Sunday, March 28, 2010

My Commute

I've been stricken with flu for the past three days, a flu so severe that Thursday night my temperature spiked to 103, and my face felt like it was going to melt off, "Raiders of the Lost Ark" style. Temperature's been back to normal for the last couple days, but I still feel like I've been run over by a train. Still, like the good Jewish boy that I am, I'll be making my way to Jersey tonight for the annual Sank family seder. I even made my famous Sephardic charoset (which looks like something you'd swerve to avoid stepping in on the street but is actually quite delicious).

Do I make you hungry, baby?

Also joining the seder tonight will be celebrity guest Karith Foster. This is apparently nothing new for Karith, who often finds herself supping with the Jews during this festive season. In any case, she'll be a welcome addition to the wackiness that is our annual holiday meal.
Shalom, Y'all!

Apropos of none of this, what I've really wanted to blog about for a while now is my daily commute to my temp job, from Harlem to Midtown East. 

First, a disclaimer: I know there are millions of people, a few of whom may be reading this, who live in the bowels of the outer boroughs of New York City and will no doubt react to my bitching about such a piddly commute with a snarled "Getthefuckouttaheah." And believe me, I feel your pain. Just this past Thursday I had to travel from Midtown to Flushing, Queens, to be interviewed for a cable talk show, and I was flabbergasted by just how fucking long a subway ride that is. Seriously, it took forever. If I were Fran Drescher, I would never have had the strength to get my lazy ass to Manhattan for an audition. Big ups to the Nanny!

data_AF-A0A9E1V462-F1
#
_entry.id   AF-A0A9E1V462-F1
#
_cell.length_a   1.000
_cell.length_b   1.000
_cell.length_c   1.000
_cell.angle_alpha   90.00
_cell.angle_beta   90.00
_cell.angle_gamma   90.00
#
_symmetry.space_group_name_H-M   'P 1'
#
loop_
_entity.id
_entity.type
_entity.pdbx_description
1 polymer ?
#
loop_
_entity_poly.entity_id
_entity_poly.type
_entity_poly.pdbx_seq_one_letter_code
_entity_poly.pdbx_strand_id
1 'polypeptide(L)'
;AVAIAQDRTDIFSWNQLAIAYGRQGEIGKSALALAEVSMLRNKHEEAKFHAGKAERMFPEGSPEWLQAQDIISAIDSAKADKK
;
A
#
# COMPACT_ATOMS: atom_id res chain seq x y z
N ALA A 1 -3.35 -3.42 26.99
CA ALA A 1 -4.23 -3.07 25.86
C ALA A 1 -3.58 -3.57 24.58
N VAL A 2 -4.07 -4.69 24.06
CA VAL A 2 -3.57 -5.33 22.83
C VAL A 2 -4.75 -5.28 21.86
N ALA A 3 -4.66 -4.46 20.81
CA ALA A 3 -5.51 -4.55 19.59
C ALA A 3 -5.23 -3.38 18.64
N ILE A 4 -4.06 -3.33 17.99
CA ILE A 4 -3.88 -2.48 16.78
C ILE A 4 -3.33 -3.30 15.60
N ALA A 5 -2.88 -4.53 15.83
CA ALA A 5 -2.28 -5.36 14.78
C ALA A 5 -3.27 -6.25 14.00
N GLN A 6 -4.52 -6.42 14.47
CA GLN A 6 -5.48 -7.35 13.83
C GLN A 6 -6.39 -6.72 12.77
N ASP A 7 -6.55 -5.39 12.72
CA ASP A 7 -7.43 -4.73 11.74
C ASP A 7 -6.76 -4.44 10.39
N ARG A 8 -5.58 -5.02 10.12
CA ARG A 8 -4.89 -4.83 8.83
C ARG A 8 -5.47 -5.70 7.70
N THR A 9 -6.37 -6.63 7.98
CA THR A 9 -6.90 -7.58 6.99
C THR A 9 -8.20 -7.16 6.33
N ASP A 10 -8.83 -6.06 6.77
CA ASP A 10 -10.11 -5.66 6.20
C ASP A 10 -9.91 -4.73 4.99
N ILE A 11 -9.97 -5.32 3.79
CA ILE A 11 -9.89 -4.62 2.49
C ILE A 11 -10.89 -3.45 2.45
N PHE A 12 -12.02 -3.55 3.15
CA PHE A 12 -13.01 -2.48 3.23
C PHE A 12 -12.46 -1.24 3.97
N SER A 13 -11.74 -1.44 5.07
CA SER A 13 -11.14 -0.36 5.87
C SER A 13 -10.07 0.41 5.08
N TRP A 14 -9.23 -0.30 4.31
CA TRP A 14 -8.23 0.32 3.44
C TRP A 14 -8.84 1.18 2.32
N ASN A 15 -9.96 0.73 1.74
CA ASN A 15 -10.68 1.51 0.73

But here's the thing: I was spoiled. I spent 10 years living in Midtown. I walked to work every day. I walked to the place where I hosted my weekly comedy show. I walked to my friends' apartments to visit them. Hell, if I met a guy who lived more than one subway stop away, I dismissed any chance of romance as an impossible long-distance relationship. (Funny, then, how I wound up giving up everything for a guy in San Diego. Hilarious, actually, when you consider that we broke up, and I am myself now broke, underemployed, with no weekly comedy show to host and living in Harlem. Stop, my sides hurt!)

Here's a secret: Until this month, I never once bought an unlimited Metro card. I didn't need one! I spent on average only about $20 a month on subway rides.

Yes, times have changed.

My work day begins at 7:00AM. It would begin earlier but for the fact that I make my omelet and set the coffee the night before, so that all I have to do is push a few buttons and voila! Breakfast is ready!

Anyone who doesn't get this reference is too young for me to date.